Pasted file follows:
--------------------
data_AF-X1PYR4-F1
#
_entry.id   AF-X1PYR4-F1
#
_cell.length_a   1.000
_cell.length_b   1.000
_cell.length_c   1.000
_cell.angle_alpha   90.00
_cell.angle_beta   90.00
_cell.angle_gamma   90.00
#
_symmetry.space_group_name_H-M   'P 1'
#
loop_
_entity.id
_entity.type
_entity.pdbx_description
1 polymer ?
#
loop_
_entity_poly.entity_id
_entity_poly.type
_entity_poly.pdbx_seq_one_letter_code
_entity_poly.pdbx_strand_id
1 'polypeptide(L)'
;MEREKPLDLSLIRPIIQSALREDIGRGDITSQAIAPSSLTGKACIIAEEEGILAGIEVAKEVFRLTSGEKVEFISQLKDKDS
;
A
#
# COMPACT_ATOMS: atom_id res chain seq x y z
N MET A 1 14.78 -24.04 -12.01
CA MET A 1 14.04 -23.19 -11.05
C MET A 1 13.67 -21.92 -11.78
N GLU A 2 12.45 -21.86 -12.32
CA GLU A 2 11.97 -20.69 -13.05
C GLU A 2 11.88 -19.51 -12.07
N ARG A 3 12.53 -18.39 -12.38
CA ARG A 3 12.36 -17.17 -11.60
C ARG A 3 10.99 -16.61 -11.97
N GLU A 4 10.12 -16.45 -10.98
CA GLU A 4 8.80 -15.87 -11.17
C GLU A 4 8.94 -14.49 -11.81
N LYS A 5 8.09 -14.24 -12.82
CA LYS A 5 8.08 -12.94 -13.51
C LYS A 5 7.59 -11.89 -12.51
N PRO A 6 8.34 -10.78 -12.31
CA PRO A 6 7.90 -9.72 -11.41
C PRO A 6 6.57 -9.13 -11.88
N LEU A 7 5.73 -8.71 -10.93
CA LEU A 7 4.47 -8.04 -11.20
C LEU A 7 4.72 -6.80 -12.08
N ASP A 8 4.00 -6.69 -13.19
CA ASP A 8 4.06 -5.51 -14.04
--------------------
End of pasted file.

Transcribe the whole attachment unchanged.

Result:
data_AF-X1PYR4-F1
#
_entry.id   AF-X1PYR4-F1
#
_cell.length_a   1.000
_cell.length_b   1.000
_cell.length_c   1.000
_cell.angle_alpha   90.00
_cell.angle_beta   90.00
_cell.angle_gamma   90.00
#
_symmetry.space_group_name_H-M   'P 1'
#
loop_
_entity.id
_entity.type
_entity.pdbx_description
1 polymer ?
#
loop_
_entity_poly.entity_id
_entity_poly.type
_entity_poly.pdbx_seq_one_letter_code
_entity_poly.pdbx_strand_id
1 'polypeptide(L)'
;MEREKPLDLSLIRPIIQSALREDIGRGDITSQAIAPSSLTGKACIIAEEEGILAGIEVAKEVFRLTSGEKVEFISQLKDKDS
;
A
#
# COMPACT_ATOMS: atom_id res chain seq x y z
N MET A 1 14.78 -24.04 -12.01
CA MET A 1 14.04 -23.19 -11.05
C MET A 1 13.67 -21.92 -11.78
N GLU A 2 12.45 -21.86 -12.32
CA GLU A 2 11.97 -20.69 -13.05
C GLU A 2 11.88 -19.51 -12.07
N ARG A 3 12.53 -18.39 -12.38
CA ARG A 3 12.36 -17.17 -11.60
C ARG A 3 10.99 -16.61 -11.97
N GLU A 4 10.12 -16.45 -10.98
CA GLU A 4 8.80 -15.87 -11.17
C GLU A 4 8.94 -14.49 -11.81
N LYS A 5 8.09 -14.24 -12.82
CA LYS A 5 8.08 -12.94 -13.51
C LYS A 5 7.59 -11.89 -12.51
N PRO A 6 8.34 -10.78 -12.31
CA PRO A 6 7.90 -9.72 -11.41
C PRO A 6 6.57 -9.13 -11.88
N LEU A 7 5.73 -8.71 -10.93
CA LEU A 7 4.47 -8.04 -11.20
C LEU A 7 4.72 -6.80 -12.08
N ASP A 8 4.00 -6.69 -13.19
CA ASP A 8 4.06 -5.51 -14.04